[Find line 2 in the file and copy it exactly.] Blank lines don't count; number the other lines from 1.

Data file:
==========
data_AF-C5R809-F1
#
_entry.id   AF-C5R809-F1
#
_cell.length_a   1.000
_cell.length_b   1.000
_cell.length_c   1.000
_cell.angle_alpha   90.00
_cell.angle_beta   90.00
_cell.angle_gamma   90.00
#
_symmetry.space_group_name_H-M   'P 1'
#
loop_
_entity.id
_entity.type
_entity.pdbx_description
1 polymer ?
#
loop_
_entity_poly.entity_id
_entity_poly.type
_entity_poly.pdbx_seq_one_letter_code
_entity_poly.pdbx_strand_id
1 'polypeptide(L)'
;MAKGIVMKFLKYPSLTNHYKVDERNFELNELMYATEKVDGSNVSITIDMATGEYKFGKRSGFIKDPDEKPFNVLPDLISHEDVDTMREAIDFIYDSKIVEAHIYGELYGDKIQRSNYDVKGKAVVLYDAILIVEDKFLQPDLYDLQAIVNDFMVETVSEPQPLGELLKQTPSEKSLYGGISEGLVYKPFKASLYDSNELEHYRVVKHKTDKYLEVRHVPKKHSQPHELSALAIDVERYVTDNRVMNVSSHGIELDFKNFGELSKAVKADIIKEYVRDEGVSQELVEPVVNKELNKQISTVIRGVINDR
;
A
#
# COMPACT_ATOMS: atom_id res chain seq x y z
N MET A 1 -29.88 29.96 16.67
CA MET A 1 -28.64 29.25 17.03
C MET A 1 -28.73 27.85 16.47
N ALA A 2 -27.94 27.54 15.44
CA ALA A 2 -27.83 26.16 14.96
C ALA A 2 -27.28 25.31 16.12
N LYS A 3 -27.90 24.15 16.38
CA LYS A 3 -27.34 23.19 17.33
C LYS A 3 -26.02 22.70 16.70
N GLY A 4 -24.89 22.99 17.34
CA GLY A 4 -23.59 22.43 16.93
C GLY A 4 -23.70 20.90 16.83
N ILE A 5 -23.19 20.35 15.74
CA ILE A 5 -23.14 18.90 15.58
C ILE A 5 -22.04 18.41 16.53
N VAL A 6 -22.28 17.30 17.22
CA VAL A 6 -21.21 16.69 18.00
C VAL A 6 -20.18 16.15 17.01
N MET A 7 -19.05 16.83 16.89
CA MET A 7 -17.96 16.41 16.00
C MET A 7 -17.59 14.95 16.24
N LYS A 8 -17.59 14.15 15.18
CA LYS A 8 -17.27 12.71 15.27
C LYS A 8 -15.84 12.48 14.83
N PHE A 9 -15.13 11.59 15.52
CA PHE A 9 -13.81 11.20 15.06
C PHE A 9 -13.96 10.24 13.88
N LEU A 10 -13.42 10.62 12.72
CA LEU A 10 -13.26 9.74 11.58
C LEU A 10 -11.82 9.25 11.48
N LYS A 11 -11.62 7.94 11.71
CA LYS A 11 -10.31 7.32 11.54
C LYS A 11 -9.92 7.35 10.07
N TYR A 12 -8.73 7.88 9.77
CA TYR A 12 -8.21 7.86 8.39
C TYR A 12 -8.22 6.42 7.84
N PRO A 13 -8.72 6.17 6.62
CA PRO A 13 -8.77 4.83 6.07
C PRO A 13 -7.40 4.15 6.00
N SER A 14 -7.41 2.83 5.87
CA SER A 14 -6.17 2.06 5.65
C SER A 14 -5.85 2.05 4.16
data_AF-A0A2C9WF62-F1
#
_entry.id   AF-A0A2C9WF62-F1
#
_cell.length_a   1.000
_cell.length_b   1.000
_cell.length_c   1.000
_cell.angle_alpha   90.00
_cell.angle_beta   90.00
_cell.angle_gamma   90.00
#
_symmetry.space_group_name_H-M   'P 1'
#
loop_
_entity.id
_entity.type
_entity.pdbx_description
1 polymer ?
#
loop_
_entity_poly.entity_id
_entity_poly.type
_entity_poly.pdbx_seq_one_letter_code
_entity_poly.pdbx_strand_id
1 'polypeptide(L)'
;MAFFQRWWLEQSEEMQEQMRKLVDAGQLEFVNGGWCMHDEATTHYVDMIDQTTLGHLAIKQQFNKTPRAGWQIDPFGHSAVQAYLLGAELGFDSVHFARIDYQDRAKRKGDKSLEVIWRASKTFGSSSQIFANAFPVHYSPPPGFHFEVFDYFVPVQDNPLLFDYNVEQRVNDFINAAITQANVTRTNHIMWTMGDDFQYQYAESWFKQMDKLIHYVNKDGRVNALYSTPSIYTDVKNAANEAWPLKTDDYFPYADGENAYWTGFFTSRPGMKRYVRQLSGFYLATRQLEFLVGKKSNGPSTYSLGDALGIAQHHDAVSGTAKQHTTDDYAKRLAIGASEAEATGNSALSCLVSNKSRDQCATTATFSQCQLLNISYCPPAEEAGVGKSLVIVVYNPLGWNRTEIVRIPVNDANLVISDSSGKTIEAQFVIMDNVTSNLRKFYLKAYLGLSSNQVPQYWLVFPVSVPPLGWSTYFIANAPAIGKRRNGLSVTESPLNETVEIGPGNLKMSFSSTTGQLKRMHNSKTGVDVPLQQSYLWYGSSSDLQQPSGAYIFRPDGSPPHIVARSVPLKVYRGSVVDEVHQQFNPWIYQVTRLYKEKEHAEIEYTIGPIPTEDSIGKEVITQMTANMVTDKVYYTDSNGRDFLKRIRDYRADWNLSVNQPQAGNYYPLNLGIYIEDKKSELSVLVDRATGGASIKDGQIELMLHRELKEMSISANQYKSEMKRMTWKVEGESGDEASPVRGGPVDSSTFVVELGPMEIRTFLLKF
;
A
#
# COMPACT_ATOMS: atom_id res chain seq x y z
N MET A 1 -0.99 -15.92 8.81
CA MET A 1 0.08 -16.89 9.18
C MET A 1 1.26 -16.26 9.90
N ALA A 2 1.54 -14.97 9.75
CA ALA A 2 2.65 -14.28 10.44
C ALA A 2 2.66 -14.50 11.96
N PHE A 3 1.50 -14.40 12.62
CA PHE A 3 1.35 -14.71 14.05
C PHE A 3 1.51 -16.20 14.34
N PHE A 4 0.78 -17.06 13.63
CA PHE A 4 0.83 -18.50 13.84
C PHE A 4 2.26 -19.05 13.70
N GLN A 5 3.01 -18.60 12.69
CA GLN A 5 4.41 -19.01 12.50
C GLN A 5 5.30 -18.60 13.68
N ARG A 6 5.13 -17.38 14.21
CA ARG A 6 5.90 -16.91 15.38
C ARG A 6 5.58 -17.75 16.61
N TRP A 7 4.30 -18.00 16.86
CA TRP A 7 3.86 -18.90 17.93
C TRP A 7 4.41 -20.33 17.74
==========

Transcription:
#